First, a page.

3 Replies Latest reply: Dec 6, 2012 1:24 PM by ShadWolf
ShadWolf Level 1 Level 1 (0 points)

Whenever I try to use netstat in Terminal it doesn't print out what it's suppose to print out. Here's what I get when I type netstat;

routing:

          0 bad routing redirects

          0 dynamically created routes

          0 new gateways due to redirects

          4294957722 destinations found unreachable

          0 uses of a wildcard route

          2 routes not in table but not freed

 

 

 

and if I type whereis netstat in Terminal it shows me it's in /usr/sbin/ then when I try typing /usr/sbin/netstat in Terminal it shows me all the routing tables as normal as it should when it's run like so;

 

 

Active Internet connections

Proto  Recv-Q  Send-Q   Local Address          Foreign Address        (state)   

tcp4       0         0          <local_addr>                  <addr>          ESTABLISHED

tcp4       0         0          <local_addr>                  <addr>          ESTABLISHED

tcp4       0         0          <local_addr>                  <addr>          ESTABLISHED

 

(I've edited out addresses for the purpose of this example to show what I should be getting)

 

It's really frustrating why it's not executing the one in /usr/sbin/, I've no idea where it's trying to run the other netstat since it won't tell me, and it only displays 1 when I enter whereis command. I've tried making an alias under my .Profile file but it's got no effect what-so-ever. It's like the link to the file is broken or something. I've tried running Permission Fixes via DiskUtility but that doesn't fix it, I've also tried installing the gnome-netstat from MacPorts and that doesn't work either, I have tried restoring previous state of the system, but still no change either.

 

IS there a way to fix this and get it working as normal? Because I have no idea how to fix a broken link to a file since I don't know where it's trying to run the other netstat from. I also run OSSEC-HIDS which does report checks and it doesn't tell me anything unusual, however it does sometimes report that the current netstat could be trojaned version of netstat, but I've already confirmed that it's a false-positive detection as there's been no changes to the hash sum if it were changed as I have ran multiple tests to confirm it, and even looked up some help from the OSSEC-HIDS support forums. –– I am NOT looking to reinstall the system unless it's really necessary, I would like to just find a simple fix to this little bug problem.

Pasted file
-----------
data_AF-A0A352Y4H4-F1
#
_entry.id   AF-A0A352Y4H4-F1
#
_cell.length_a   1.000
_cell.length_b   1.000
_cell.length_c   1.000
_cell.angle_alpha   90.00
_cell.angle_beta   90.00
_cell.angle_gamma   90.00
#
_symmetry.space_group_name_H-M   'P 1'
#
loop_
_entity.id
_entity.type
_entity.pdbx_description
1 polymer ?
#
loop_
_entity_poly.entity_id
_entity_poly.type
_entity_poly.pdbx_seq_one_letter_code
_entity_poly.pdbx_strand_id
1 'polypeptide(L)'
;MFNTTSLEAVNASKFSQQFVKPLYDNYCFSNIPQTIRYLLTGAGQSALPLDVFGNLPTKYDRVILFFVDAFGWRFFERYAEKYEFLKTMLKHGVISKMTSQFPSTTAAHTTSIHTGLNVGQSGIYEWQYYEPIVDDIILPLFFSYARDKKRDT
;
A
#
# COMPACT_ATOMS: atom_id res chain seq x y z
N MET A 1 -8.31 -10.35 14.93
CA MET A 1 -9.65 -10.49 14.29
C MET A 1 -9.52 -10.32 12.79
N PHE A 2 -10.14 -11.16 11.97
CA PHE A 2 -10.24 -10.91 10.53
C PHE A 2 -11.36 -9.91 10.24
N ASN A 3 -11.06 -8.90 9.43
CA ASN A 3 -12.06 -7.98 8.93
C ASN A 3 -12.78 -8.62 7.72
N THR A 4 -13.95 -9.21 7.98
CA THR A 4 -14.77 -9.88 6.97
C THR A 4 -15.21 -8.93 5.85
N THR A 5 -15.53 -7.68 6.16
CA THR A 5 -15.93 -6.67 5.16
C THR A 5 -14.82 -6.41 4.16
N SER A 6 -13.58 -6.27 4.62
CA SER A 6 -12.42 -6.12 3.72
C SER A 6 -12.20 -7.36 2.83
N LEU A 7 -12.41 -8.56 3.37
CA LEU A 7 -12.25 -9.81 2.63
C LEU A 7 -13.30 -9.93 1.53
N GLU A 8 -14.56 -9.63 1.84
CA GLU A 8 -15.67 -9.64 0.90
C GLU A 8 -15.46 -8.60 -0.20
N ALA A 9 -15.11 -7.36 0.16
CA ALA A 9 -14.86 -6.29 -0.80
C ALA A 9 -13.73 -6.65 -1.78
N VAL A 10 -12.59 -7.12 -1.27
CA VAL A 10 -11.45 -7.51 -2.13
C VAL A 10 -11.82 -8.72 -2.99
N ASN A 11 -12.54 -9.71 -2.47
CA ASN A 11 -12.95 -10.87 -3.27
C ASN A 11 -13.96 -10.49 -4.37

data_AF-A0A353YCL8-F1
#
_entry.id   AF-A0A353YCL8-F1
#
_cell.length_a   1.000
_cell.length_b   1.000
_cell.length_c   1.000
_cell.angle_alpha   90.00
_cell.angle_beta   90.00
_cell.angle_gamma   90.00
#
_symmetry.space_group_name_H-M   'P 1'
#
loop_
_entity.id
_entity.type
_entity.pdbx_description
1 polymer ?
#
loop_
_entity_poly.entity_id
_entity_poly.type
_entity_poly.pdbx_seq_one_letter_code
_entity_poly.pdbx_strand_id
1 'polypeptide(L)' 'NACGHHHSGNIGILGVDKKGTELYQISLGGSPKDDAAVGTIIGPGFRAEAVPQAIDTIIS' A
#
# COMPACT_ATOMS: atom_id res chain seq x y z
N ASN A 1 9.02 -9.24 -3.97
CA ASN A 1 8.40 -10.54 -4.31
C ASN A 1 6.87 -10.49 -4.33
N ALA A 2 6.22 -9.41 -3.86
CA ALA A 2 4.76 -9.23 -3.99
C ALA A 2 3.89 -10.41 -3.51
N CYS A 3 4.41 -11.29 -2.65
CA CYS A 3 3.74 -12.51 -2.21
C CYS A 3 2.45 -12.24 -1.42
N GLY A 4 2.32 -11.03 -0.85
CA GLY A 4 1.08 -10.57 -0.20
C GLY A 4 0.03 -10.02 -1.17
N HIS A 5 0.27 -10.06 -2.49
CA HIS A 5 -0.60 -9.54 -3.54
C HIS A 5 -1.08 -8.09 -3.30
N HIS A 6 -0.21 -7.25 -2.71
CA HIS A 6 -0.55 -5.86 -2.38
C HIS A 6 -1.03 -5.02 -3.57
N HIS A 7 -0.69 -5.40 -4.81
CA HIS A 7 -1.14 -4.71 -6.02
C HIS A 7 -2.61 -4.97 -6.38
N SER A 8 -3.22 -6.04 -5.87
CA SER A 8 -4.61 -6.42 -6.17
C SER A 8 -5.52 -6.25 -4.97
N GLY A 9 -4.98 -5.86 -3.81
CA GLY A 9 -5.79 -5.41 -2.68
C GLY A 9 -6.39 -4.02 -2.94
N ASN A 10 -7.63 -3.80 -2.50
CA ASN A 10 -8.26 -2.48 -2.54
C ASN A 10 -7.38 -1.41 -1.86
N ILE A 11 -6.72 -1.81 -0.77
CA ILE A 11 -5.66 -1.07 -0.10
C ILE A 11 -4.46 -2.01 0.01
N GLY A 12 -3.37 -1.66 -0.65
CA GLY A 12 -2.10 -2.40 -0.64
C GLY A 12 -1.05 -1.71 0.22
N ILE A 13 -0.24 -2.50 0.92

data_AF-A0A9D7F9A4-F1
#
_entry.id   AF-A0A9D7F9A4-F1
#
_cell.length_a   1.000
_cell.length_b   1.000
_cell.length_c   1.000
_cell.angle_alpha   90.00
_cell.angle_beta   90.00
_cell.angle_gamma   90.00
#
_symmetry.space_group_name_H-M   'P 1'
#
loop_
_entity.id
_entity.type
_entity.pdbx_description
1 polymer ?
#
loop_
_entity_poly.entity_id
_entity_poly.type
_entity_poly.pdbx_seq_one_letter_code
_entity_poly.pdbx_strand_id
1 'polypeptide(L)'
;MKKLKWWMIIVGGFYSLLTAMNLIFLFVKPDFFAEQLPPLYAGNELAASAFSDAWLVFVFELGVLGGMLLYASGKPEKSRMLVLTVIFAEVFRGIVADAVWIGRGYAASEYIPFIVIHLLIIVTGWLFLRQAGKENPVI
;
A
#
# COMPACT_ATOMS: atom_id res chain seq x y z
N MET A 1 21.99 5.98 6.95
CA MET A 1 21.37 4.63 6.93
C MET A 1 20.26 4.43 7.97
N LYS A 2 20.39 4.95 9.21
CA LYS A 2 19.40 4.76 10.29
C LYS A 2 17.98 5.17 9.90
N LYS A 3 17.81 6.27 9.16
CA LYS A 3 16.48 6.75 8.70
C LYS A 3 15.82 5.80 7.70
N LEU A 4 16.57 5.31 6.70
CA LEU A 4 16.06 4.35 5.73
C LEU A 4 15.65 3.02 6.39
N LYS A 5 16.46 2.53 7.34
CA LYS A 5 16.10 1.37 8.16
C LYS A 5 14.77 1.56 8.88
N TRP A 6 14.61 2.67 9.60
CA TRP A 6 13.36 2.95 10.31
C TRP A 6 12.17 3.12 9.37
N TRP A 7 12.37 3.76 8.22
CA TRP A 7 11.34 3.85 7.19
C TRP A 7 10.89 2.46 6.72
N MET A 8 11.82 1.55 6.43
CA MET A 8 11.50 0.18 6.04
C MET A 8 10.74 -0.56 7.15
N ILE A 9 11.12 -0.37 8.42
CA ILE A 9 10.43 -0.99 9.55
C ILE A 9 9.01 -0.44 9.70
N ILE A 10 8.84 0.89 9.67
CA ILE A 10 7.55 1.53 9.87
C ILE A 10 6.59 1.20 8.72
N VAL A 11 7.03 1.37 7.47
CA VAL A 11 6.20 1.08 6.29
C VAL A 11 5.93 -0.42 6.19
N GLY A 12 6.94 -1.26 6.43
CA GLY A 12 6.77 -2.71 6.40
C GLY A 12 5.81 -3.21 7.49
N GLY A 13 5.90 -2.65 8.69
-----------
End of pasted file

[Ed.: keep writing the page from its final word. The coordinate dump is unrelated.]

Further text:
I just hope there's no some stupid obvious fix that I missed.


iMac (20-inch Late 2009), Mac OS X (10.7.5), Intel Core 2 Duo @2.66GHz, 8GB RAM
  • BobHarris Level 6 Level 6 (14,945 points)

    Perhaps you have an 'alias' or a 'shell function' answering to 'netstat'

     

    alias netstat

    typeset -f netstat

     

    If you find you have an alias or shell function, then start looking in your shell initialization files.

    .bashrc

    .bash_profile

    .bash_login

    .profile

    /etc/profile

    /etc/bashrc

  • BobHarris Level 6 Level 6 (14,945 points)

    I found an even easier command to check if it is an executable file, a shell function, or an alias, assuming you are using the 'bash' shell (the Mac OS X default):

     

    type netstat
    
  • ShadWolf Level 1 Level 1 (0 points)

    This seemed to work. I found there was an alias created somewhere in a .bashrc file, after removing it it seemed to return to normal for soem reason.